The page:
Electronic records the way forward?

Letters, Normal

The National

AS a concerned archivist/records manager, I support the review by the Constitutional and Law Reform Commission (CLRC) into the Evidence Act which will allow for electronic records to be made admissible in court of law.  
When our laws were enacted, computers were not around and must now be changed to allow for changes that have occurred with the advent of information and communication technology. 
While being involved with records management issues and workshops over the last three years, the possible dangers of preserving electronic records in PNG struck me.
We have all jumped to use the computers without thoughts for preservation and copying of electronic records for preservation of data for the next generation. 
We are not sure as to how long a computer magnetic tape will last and with continuous changes in hardware and software, we are also not sure if we can read these documents again in future. 
In the court of law, which version is admissible in court? 
The original version or the new version copied using the latest hardware and software? 
How long will the computer tape last? 
Can the new hardware and software be used to read documents created some years back?    
Can evidence or proof business be read some years in future?  
These are some of the questions that must be answered before we jump into “paperless society”.
Some organisations have, for example, scanned documents and destroyed the hard copies.
This is dangerous, there is no guarantee that the scanned copies can be read in future.
The CLRC wants to discuss the implications of electronic records on the Evidence Act.
At the moment, lawyers still do not consider electronic records as authentic proof of business which can be tendered in court. 
It is not only the Evidence Act but other laws need to be changed and amended so that the new media could be tendered as evidence. 
The laws need to be changed to ensure the current electronic records created by the computers are captured and kept as evidence of proof of business.  
There is now no need for a letter to be typed and signed before it is sent off.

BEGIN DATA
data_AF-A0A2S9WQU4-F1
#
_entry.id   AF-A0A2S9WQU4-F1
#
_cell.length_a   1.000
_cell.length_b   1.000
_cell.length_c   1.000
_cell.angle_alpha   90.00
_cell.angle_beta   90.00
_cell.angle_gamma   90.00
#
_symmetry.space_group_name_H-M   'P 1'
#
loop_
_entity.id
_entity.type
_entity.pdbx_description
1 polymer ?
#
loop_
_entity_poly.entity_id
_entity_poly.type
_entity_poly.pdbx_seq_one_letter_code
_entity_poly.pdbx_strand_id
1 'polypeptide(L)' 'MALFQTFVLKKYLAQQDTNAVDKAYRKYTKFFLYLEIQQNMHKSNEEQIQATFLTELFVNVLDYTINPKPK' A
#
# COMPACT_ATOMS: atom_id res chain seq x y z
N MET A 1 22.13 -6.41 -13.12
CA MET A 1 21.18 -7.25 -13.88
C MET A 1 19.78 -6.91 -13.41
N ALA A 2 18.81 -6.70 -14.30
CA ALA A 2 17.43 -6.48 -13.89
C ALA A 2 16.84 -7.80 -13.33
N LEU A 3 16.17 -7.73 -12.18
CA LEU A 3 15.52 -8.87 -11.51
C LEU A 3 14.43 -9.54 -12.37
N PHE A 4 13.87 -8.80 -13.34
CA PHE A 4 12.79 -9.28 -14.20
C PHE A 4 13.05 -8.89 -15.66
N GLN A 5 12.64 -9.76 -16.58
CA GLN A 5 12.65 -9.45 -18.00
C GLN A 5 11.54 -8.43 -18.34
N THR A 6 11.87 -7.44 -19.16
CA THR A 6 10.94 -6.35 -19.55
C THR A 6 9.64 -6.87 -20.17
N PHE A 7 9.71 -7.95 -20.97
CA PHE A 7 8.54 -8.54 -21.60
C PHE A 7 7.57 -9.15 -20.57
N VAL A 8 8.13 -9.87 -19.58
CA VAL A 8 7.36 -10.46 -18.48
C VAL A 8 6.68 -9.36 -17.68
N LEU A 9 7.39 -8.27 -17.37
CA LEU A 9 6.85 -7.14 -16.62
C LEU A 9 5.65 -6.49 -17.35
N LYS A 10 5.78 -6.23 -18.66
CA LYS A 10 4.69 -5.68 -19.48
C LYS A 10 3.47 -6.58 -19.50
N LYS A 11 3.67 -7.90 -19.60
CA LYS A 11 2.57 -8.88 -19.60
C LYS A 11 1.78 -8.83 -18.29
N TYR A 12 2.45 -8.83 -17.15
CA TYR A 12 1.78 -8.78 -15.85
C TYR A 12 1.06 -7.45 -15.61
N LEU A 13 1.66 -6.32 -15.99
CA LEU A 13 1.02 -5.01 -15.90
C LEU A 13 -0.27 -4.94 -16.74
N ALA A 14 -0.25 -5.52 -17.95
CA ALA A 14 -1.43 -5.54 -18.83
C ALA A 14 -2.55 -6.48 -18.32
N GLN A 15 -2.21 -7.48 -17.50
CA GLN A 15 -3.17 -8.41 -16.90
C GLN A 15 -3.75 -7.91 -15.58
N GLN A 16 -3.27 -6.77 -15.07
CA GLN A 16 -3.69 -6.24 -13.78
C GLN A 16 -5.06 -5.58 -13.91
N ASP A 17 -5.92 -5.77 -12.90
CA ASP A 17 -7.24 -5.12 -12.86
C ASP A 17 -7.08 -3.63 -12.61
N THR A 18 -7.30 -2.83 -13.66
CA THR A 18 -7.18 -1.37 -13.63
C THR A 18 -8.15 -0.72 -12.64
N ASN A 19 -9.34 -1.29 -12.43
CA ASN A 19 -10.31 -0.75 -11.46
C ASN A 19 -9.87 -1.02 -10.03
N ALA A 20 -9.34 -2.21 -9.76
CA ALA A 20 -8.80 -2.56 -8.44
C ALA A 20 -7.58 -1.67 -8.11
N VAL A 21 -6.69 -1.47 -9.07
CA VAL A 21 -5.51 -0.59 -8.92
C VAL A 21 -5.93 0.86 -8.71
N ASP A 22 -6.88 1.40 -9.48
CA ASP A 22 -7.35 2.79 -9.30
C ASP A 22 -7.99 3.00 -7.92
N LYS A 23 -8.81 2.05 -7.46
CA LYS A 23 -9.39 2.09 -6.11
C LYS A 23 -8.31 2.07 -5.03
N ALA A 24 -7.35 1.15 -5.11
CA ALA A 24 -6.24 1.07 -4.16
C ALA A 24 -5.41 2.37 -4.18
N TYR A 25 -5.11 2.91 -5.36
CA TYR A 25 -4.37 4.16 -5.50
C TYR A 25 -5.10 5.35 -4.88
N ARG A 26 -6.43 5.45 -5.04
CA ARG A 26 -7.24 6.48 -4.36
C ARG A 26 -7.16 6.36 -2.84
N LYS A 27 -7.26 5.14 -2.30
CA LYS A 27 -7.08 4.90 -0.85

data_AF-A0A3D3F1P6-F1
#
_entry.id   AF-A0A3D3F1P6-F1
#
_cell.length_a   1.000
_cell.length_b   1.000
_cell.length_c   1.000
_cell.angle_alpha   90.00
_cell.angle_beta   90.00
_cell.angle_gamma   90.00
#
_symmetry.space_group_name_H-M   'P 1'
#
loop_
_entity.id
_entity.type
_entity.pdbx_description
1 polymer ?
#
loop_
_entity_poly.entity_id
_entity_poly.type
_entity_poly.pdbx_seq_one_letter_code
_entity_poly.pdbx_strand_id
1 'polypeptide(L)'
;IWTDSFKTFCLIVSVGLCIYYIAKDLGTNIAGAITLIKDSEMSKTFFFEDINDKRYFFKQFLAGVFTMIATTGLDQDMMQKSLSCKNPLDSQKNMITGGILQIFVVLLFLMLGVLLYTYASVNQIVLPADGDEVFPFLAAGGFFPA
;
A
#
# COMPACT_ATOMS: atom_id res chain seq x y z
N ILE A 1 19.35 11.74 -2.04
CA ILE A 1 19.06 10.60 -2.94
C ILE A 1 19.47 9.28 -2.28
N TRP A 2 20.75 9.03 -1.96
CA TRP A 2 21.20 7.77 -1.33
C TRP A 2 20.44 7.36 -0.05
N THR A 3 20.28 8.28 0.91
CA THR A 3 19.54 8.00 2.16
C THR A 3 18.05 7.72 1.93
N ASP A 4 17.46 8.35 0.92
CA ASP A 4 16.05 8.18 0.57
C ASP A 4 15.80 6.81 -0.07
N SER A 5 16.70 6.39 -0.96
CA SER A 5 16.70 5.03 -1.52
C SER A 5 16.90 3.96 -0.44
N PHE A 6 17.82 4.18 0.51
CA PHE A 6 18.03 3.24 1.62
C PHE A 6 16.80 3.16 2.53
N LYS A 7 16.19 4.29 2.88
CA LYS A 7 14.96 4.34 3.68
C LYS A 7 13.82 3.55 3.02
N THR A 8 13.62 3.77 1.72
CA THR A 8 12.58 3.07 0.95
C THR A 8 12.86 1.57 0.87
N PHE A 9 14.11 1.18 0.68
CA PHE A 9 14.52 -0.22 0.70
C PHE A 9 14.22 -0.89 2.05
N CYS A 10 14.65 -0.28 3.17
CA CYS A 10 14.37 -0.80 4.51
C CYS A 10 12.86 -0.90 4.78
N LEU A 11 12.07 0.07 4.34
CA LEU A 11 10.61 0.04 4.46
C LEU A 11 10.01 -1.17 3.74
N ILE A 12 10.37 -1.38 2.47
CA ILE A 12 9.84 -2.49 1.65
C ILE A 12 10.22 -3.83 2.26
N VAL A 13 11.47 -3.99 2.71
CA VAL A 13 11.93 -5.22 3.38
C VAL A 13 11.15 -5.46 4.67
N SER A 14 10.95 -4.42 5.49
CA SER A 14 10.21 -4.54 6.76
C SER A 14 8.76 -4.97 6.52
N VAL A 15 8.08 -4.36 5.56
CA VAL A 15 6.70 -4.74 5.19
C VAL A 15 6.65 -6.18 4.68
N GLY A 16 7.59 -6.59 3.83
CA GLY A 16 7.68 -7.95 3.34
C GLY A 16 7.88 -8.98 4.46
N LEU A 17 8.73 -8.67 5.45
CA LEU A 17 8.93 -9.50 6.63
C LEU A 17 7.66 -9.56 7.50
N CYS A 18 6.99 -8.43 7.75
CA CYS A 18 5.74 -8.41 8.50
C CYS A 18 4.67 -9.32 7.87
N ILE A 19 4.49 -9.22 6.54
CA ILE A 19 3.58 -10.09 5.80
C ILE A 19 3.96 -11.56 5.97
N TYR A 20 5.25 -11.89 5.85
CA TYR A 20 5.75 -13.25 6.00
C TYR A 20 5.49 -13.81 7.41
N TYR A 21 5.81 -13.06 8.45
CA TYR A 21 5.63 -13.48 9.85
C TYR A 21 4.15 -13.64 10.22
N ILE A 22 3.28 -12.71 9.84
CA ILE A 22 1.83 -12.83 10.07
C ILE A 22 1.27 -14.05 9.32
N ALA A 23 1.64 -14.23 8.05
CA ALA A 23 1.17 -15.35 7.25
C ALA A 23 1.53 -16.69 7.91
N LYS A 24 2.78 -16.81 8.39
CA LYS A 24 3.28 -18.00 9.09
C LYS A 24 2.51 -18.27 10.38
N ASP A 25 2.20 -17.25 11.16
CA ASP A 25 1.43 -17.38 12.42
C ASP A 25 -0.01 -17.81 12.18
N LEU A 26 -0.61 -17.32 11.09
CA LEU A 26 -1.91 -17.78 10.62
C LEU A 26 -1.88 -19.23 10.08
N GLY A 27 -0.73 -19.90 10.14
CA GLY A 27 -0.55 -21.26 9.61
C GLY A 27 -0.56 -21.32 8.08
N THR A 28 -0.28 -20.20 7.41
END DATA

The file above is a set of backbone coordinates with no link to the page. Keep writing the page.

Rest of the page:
One can simply write it as email message and send it without signature and/or use his/her electronic signature.
The court does not recognise these electronic signatures at this stage.
Like all paper records, electronic records keep evidences of official transactions and provides as proof of business.  
I am fearful if and when the offices want to go paperless like DWU, there will surely be no paper record or a hard copy at all.  
These are IT-related questions that must be answered.
Electronic records must encompass management of emails, mobile text messages, database files, photographic images, video tapes and all of these will have to be captured and preserved for the next generation of Papua New Guineans to read in future.
Prepare now and plan for action, otherwise we will loose all the important historical records of the country.
Our national archive is not funded for the management and storage of our paper records.
Government files and closed files have been dumped all over the place and there are no procedures to manage the closed file. 
Even the Public Libraries and National Archives Act (1978) needs to be amended to allow for management of electronic records. 
We must now plan to set up proper methods for management of paper records and at the same time, plan for electronic records, otherwise, the entire recordkeeping systems will collapse.  
I always insist that hard copies must be preserved as well until we are sure that the document can be preserved and read again in future.
The danger is when we loose all these documents, the history of the nation will be lost in the long run.



Sam Kaima
Records management facilitator/consultant